= 1) and clonogen repopulation (γ = 0). The equivalence of each fractionation schedule is demonstrated by the isoeffect achieved under normoxic conditions (i.e., HRF
= 1). Solid symbols show model predictions for hypoxic fractions of 10%, 20%, and 30%. Tumor hypoxia increases cell survival by a factor of ~ 103
for conventionally fractioned radiotherapy as shown in earlier modeling studies (9
). Tumor cell survival increases by additional factors of ~ 6×102
and ~ 4×102
as the dose per fraction is increased from 1.7 Gy (n
= 40) to 24 Gy (n
= 1) and from 2.0 Gy (n
= 40) to 18 Gy (n
= 1) for H&N and prostate cancer, respectively. shows the individual and combined effects of tumor hypoxia, tumor cell repopulation, and intrafraction DSB repair on total surviving fraction. Clonogen repopulation is most significant for hyperfractionated H&N cancer and strongly depends on the assumed lag time. For Tk
= 21 days, cell killing decreases by a factor of ~ 6×102
as the dose per fraction is decreased from 3.7 to 1.7 Gy. For single fraction treatments, cell killing may be overpredicted by up to a factor of 24 if intrafraction DSB repair is neglected.
Total surviving fraction of tumor clonogens as a function of dose per fraction assuming daily fractionation and full reoxygenation between fractions. Dependence of model predictions on the assumed value of the hypoxic fraction of cells is shown.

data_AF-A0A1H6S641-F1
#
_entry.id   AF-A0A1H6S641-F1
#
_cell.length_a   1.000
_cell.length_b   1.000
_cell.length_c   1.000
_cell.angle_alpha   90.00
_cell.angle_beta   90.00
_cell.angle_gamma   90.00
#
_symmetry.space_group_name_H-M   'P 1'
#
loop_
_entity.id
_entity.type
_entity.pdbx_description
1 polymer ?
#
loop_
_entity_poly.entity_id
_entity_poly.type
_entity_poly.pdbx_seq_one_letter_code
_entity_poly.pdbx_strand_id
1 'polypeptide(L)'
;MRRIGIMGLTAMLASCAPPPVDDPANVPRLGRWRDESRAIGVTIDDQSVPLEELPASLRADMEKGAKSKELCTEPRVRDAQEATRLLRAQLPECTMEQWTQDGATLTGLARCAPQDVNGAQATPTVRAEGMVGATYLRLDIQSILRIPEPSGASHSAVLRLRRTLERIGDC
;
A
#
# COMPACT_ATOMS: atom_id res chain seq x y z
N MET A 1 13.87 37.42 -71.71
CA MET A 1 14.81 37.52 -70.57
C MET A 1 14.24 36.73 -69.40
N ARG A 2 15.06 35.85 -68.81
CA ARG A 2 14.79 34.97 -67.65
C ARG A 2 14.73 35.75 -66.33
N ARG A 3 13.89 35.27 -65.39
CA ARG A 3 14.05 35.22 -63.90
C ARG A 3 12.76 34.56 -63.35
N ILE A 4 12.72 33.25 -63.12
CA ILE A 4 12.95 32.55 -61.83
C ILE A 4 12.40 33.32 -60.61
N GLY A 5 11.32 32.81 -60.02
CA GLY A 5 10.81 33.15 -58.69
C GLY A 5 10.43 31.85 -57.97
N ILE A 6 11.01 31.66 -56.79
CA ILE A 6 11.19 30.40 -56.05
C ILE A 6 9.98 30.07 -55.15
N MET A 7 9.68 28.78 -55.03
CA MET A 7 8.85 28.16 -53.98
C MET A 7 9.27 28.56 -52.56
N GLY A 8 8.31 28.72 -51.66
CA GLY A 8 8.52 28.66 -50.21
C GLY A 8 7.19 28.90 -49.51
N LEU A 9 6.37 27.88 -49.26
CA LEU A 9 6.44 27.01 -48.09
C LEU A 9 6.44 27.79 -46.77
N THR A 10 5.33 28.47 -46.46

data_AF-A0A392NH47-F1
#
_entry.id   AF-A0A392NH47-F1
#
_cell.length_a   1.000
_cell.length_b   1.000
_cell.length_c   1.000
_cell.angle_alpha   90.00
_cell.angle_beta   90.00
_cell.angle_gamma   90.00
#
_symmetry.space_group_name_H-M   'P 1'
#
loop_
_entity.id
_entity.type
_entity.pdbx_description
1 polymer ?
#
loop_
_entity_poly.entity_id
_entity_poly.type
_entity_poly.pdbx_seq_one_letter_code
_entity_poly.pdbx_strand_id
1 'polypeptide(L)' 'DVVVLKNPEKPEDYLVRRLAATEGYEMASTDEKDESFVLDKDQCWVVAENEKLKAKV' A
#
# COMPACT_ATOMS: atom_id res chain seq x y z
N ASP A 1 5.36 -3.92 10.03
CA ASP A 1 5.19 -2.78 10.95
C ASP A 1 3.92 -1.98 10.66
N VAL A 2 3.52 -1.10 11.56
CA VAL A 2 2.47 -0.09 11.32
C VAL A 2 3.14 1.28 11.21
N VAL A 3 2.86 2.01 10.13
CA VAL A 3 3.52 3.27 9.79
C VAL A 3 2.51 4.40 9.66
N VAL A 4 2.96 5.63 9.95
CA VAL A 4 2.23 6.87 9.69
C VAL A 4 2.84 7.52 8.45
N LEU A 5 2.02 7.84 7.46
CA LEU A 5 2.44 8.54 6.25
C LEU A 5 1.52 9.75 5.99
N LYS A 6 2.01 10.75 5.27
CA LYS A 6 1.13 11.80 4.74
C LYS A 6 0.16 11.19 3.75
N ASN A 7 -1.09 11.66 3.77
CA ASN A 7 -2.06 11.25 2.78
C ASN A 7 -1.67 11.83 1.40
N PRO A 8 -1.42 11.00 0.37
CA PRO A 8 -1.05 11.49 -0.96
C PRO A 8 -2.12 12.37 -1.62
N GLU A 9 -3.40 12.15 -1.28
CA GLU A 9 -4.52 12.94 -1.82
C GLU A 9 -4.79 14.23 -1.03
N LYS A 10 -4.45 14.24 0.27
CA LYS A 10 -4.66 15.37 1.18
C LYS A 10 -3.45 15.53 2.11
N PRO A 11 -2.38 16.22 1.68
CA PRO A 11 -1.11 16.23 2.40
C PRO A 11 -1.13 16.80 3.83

Total surviving fraction of tumor clonogens as a function of dose per fraction assuming daily fractionation and full reoxygenation between fractions. Dependence of model predictions on intrafraction DSB repair and clonogen repopulation is shown.
shows the distribution of SER
values for the hypoxic cell radiosensitizer misonidazole derived from published in vitro
). White triangles and gray circles represent estimates for misonidazole concentrations of 1.2 mM and 5.0 mM, respectively. The SER
is maximum for anoxic conditions with values of 1.4 and 2.0 for 1.2 mM and 5.0 mM concentrations, respectively, and decreases to unity as the cells approach normoxic conditions. shows the surviving fraction of tumor clonogens for different combinations of misonidazole and radiation. Values are shown for the characteristic 1–5 fractions of SBRT treatments. The addition of a hypoxic cell radiosensitizer at high doses per fraction is shown to be a potential strategy to obtain similar or greater levels of cell killing than achieved with conventional fractionation. Misonidazole has a greater sensitizing effect for large doses per fraction because of the increased importance of the hypoxic fraction of cells.
Figure 6 Sensitizer enhancements ratio (SER) values derived from published cell survival data (15). Solid lines shows a fit to the values using Eq. (10) with x = 1.4 and y = 0.4 for the 1.2 mM concentration and x = 2.0 and y = 0.9 for the 5.0 mM concentration. (more ...)
Figure 7 Effect of misonidazole and radiation on surviving fraction of tumor clonogens assuming a realistic distribution of tumor hypoxia, intrafraction DSB repair, and clonogen repopulation. Dotted lines show predictions neglecting corrections for hypoxia, repair, (more ...)